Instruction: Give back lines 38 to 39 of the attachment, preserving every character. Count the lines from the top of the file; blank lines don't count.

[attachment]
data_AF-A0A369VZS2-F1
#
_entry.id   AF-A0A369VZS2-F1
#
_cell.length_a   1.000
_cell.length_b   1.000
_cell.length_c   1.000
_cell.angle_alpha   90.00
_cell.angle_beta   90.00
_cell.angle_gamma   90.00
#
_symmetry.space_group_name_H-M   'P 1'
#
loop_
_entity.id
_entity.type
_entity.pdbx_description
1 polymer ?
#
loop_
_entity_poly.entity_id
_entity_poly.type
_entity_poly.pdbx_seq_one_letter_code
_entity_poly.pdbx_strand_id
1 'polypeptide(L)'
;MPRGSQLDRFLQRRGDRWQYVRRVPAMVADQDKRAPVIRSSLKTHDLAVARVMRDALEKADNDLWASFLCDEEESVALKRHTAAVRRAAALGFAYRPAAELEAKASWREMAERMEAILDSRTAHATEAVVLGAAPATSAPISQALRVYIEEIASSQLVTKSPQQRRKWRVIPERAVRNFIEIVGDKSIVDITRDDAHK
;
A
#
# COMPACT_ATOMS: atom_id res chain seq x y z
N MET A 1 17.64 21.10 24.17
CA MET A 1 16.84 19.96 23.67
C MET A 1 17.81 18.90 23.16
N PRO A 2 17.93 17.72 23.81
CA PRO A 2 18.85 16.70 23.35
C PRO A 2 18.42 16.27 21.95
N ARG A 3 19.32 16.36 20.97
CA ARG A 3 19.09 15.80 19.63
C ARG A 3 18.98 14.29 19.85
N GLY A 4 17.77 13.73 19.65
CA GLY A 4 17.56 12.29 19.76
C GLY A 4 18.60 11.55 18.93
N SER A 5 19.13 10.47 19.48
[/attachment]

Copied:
CA ARG A 3 19.09 15.80 19.63
C ARG A 3 18.98 14.29 19.85